Rouen appears repeatedly in Madame Bovary, Flaubert’s most famous novel. This meticulously written story of marital infidelity caused a storm at the time, though the plot isn’t quite so sensational by today’s standards. In the early pages of the novel, Charles Bovary goes to school in Rouen. Emma, who becomes Madame Bovary when she marries Charles, attends a convent in Rouen and later obtains her wedding trousseau from the town.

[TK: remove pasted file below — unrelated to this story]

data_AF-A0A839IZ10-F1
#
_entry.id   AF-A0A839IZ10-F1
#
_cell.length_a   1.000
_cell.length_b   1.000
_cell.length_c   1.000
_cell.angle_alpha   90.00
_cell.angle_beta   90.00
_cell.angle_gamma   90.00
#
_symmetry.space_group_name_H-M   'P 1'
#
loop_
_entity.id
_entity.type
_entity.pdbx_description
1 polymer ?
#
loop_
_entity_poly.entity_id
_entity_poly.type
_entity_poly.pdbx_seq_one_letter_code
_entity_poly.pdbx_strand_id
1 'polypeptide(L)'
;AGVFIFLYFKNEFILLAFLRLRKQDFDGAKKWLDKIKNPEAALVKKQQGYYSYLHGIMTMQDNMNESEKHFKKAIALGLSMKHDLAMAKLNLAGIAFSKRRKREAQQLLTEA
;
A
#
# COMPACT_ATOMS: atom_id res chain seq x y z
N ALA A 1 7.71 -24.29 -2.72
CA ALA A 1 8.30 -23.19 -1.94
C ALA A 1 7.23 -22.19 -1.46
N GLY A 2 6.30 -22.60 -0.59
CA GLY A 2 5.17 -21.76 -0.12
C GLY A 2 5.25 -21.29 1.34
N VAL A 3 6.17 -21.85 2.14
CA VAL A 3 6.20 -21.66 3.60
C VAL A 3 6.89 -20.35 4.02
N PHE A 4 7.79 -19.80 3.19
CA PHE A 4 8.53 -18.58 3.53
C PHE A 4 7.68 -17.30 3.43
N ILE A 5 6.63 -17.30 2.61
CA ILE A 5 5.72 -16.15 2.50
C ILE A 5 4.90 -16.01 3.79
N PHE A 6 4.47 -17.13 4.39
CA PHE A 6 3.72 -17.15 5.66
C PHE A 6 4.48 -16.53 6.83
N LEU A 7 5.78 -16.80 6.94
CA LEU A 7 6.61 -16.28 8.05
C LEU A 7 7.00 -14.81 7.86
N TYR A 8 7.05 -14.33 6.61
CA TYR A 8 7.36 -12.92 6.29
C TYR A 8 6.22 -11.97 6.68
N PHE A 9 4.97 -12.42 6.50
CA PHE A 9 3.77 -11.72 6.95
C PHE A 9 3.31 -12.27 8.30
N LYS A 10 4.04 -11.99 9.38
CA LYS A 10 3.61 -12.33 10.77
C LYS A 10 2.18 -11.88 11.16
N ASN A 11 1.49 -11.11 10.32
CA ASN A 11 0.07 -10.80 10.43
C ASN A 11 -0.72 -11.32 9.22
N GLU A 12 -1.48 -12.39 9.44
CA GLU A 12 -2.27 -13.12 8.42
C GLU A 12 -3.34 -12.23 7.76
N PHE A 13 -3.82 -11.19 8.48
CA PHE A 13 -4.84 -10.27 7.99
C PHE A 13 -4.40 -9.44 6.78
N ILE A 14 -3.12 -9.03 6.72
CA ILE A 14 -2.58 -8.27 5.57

In the centre of Rouen there is a full length bronze statue of Gustave Flaubert in the leafy, cafe-filled Place des Carmes.